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The Criterion Completist – A Night to Remember (1958)

April 23, 2012


written by: Eric Ambler

produced by: William MacQuitty

directed by: Roy Ward Baker

rating: unrated

runtime: 123 min. 

U. S. release date: December 16, 1958

DVD/Blu-ray release date: March 27, 2012


It took just 2 hours and 40 minutes for the Titanic to sink after it struck an iceberg on April 14th, 1912, killing over 1500 of its 2200 passengers.  That the chronology of the sinking fits a traditional cinematic narrative timeline is perhaps one of the reasons why this tragedy has been filmed so many times, most recently (and maybe finally) by James Cameron in his epic 1997 film “Titanic”, but none better than the 1958 British production “A Night to Remember”.

The filmmakers here have decided to center their story around the character of Second Officer Charles Herbert Lightoller (Kenneth More), a combination of a number of actual historical figures.  Through his eyes we are able to witness the moment by moment events of the Titanic’s sinking, from the initial impact, to the slow realization of the extent of the damage to the final chaotic minutes of evacuation.





A number of elements set “A Night to Remember” apart from other retellings of this tragedy, beginning with the attention to detail.  Based off of Walter Lord’s exhaustively researched book of the same name, nothing was overlooked, from the costumes, to the silverware in the first class dining room, to the rigging of the ropes on the lifeboat mechanisms.  Even more so than Cameron’s film, you get the feeling that this was what it must have actually been like to be on the Titanic.  The performances are all masterfully done by a stable of relatively unknown actors, with a typical British, understated style. This restrained acting manner helps underscore the massive tragedy unfolding around them, and everyone from the officers to the millionaires in first class attempt to face the crisis with a calm, stiff upper lip, at least in the early hours.  Of course, the film also addresses some of the famous legends and heroes (and villains) of the sinking, including Molly Brown (Tucker McGuire), and the band that kept playing on the deck as the chaos and panic swirled around them.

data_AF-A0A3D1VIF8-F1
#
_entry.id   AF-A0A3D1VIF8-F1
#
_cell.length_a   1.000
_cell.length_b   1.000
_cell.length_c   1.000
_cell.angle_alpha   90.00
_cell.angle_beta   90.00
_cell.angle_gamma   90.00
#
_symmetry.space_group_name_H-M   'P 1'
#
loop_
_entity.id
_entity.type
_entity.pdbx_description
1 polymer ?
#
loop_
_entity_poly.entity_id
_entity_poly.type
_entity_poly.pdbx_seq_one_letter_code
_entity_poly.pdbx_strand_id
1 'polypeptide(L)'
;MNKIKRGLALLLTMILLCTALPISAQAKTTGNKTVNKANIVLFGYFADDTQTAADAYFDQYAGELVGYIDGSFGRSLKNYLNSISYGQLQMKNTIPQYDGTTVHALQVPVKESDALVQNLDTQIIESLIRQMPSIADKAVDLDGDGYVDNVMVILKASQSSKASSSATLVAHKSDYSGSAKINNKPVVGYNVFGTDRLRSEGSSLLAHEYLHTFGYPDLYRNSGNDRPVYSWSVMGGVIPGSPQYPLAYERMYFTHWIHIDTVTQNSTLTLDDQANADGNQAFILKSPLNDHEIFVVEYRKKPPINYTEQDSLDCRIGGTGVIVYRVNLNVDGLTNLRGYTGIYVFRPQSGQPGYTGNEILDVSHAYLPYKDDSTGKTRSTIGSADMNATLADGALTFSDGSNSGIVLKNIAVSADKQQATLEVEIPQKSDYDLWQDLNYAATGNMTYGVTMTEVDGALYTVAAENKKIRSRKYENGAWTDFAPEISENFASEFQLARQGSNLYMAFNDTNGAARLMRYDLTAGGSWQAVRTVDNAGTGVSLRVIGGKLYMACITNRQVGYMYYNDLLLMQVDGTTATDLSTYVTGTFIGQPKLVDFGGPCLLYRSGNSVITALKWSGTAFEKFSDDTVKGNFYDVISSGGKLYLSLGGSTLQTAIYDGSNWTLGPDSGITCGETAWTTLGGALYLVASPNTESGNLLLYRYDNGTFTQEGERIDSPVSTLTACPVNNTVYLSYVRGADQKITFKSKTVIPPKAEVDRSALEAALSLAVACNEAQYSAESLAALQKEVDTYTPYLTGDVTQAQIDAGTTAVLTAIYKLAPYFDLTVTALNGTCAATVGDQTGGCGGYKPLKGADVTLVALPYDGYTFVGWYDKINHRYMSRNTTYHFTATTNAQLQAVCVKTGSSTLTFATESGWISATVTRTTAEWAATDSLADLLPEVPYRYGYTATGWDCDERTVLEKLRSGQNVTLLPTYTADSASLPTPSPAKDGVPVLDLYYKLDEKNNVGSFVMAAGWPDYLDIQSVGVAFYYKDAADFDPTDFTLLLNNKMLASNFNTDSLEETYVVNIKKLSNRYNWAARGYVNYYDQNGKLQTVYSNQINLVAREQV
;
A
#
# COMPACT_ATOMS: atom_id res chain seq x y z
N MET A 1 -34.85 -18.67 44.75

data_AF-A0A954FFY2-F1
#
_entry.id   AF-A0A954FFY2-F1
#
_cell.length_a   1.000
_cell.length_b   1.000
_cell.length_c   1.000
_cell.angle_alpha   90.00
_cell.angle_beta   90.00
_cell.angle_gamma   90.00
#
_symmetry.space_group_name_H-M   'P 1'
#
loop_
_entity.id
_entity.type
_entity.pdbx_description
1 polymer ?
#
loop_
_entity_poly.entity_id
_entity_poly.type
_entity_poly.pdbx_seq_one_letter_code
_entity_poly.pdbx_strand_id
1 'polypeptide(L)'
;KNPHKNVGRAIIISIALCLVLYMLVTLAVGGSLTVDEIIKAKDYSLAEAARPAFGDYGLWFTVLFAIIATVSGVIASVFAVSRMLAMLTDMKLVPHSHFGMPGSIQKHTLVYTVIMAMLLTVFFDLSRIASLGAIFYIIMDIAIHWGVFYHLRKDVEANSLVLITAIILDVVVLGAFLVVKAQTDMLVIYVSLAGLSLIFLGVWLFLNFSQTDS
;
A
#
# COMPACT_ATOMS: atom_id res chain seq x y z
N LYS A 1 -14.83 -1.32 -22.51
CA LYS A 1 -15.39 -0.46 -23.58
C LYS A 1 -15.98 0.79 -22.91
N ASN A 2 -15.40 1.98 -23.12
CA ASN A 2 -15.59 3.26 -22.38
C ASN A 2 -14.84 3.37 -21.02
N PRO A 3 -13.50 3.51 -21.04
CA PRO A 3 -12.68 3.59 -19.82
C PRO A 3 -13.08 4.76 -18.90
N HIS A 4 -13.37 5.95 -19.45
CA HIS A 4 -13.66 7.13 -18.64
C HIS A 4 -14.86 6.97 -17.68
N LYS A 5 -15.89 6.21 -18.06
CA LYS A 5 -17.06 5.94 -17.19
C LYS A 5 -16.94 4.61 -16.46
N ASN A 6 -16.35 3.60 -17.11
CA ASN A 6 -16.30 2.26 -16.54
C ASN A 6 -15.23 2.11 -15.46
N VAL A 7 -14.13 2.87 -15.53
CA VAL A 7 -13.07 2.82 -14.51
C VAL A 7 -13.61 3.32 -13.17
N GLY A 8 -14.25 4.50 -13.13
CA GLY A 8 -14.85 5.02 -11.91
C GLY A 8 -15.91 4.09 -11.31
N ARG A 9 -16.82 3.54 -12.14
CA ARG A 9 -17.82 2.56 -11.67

Director Roy Baker has done an excellent job of filtering the entire film through a lens of class consciousness, and we see how the same events are handled by first class, second class and steerage passengers.  He does not shy away from the horrible facts of the tragedy, like half-filled lifeboats being lowered away, poorer passengers being denied chances to escape, and cowardly men disguising themselves as women to get on the boats.  He even implies that the ice warnings from other ships were being ignored in the telegraph office, so that richer passengers could send out personal messages back home to their families.  Unlike other versions, Baker also gives us the full mini-saga of the RMS Carpathia, the only other ship to heed the Titanic’s distress calls and make an effort to get there in time.





Overall, this is just simply the best Titanic movie ever made, and manages to be incredibly moving and respectful of the tragedy, without devolving into overwrought melodrama.  The only problem is that no one seems to know this movie even exists, I suppose because it’s a British film and there are no famous or recognizable stars (look close enough though and you’ll find some former Bond actors on deck, like Honor Blackman from “Goldfinger” and uncredited appearances by Sean Connery and Desmond Llewelyn, as well as David McCallum from the “The Man from U. N.C.L.E.”). Hopefully this new Criterion edition will change that and expose this gem to a wider audience.

As befitting the 100th anniversary of the disaster, Criterion has loaded up this disc with a bevy of unbelievable bonus features.  Most interesting is the hour or so of behind-the-scenes footage shot by producer William MacQuitty, a rare and fascinating treat for a movie this old.  Here we get to see how they rebuilt a former steamer ship into a replica for the Titanic, as well as a glimpse into the special effects department, and how they used models to get the more difficult shots of lifeboats in the ocean.  There is also a BBC documentary about the sinking and a Swedish documentary that interviews survivors of the sinking.






RATING: ***1/2




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